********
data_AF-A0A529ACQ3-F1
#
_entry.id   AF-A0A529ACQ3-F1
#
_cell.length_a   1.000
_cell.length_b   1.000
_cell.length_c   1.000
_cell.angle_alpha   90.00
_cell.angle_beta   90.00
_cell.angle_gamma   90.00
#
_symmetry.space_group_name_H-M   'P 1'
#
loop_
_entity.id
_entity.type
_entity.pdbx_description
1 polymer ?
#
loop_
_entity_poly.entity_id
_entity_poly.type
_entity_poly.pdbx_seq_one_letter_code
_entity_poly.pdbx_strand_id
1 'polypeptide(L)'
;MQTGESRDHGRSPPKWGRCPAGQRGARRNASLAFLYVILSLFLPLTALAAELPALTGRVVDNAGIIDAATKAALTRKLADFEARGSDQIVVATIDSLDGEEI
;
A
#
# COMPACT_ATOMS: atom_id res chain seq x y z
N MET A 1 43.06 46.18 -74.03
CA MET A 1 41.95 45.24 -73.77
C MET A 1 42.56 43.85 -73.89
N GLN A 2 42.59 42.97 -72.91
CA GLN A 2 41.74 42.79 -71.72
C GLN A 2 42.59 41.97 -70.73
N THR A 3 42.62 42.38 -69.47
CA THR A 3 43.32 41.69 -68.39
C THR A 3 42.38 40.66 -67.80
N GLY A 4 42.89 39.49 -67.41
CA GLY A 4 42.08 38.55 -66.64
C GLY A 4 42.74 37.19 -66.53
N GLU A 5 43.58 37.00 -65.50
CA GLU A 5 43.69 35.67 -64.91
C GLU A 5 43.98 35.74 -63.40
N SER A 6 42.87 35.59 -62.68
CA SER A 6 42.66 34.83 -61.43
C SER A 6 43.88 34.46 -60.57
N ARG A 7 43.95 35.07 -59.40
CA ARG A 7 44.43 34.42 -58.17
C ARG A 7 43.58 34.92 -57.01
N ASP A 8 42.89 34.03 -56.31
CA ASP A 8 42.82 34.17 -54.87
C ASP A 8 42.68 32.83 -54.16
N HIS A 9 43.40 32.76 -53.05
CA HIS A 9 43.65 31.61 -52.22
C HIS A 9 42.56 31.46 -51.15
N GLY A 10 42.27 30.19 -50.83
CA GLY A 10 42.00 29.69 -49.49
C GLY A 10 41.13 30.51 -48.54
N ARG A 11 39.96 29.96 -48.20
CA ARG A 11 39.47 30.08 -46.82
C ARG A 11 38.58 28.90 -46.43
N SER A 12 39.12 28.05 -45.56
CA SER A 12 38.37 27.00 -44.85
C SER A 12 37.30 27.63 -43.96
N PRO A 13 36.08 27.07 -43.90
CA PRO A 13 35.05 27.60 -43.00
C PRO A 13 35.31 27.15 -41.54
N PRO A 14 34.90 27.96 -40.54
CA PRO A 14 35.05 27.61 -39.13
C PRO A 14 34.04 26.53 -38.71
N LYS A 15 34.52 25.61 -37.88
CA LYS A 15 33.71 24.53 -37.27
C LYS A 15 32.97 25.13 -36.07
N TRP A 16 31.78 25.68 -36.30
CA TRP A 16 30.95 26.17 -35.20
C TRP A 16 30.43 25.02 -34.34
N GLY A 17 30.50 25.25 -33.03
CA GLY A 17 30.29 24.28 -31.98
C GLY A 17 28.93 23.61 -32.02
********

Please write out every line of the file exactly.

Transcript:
data_AF-A0A529ACQ3-F1
#
_entry.id   AF-A0A529ACQ3-F1
#
_cell.length_a   1.000
_cell.length_b   1.000
_cell.length_c   1.000
_cell.angle_alpha   90.00
_cell.angle_beta   90.00
_cell.angle_gamma   90.00
#
_symmetry.space_group_name_H-M   'P 1'
#
loop_
_entity.id
_entity.type
_entity.pdbx_description
1 polymer ?
#
loop_
_entity_poly.entity_id
_entity_poly.type
_entity_poly.pdbx_seq_one_letter_code
_entity_poly.pdbx_strand_id
1 'polypeptide(L)'
;MQTGESRDHGRSPPKWGRCPAGQRGARRNASLAFLYVILSLFLPLTALAAELPALTGRVVDNAGIIDAATKAALTRKLADFEARGSDQIVVATIDSLDGEEI
;
A
#
# COMPACT_ATOMS: atom_id res chain seq x y z
N MET A 1 43.06 46.18 -74.03
CA MET A 1 41.95 45.24 -73.77
C MET A 1 42.56 43.85 -73.89
N GLN A 2 42.59 42.97 -72.91
CA GLN A 2 41.74 42.79 -71.72
C GLN A 2 42.59 41.97 -70.73
N THR A 3 42.62 42.38 -69.47
CA THR A 3 43.32 41.69 -68.39
C THR A 3 42.38 40.66 -67.80
N GLY A 4 42.89 39.49 -67.41
CA GLY A 4 42.08 38.55 -66.64
C GLY A 4 42.74 37.19 -66.53
N GLU A 5 43.58 37.00 -65.50
CA GLU A 5 43.69 35.67 -64.91
C GLU A 5 43.98 35.74 -63.40
N SER A 6 42.87 35.59 -62.68
CA SER A 6 42.66 34.83 -61.43
C SER A 6 43.88 34.46 -60.57
N ARG A 7 43.95 35.07 -59.40
CA ARG A 7 44.43 34.42 -58.17
C ARG A 7 43.58 34.92 -57.01
N ASP A 8 42.89 34.03 -56.31
CA ASP A 8 42.82 34.17 -54.87
C ASP A 8 42.68 32.83 -54.16
N HIS A 9 43.40 32.76 -53.05
CA HIS A 9 43.65 31.61 -52.22
C HIS A 9 42.56 31.46 -51.15
N GLY A 10 42.27 30.19 -50.83
CA GLY A 10 42.00 29.69 -49.49
C GLY A 10 41.13 30.51 -48.54
N ARG A 11 39.96 29.96 -48.20
CA ARG A 11 39.47 30.08 -46.82
C ARG A 11 38.58 28.90 -46.43
N SER A 12 39.12 28.05 -45.56
CA SER A 12 38.37 27.00 -44.85
C SER A 12 37.30 27.63 -43.96
N PRO A 13 36.08 27.07 -43.90
CA PRO A 13 35.05 27.60 -43.00
C PRO A 13 35.31 27.15 -41.54
N PRO A 14 34.90 27.96 -40.54
CA PRO A 14 35.05 27.61 -39.13
C PRO A 14 34.04 26.53 -38.71
N LYS A 15 34.52 25.61 -37.88
CA LYS A 15 33.71 24.53 -37.27
C LYS A 15 32.97 25.13 -36.07
N TRP A 16 31.78 25.68 -36.30
CA TRP A 16 30.95 26.17 -35.20
C TRP A 16 30.43 25.02 -34.34
N GLY A 17 30.50 25.25 -33.03
CA GLY A 17 30.29 24.28 -31.98
C GLY A 17 28.93 23.61 -32.02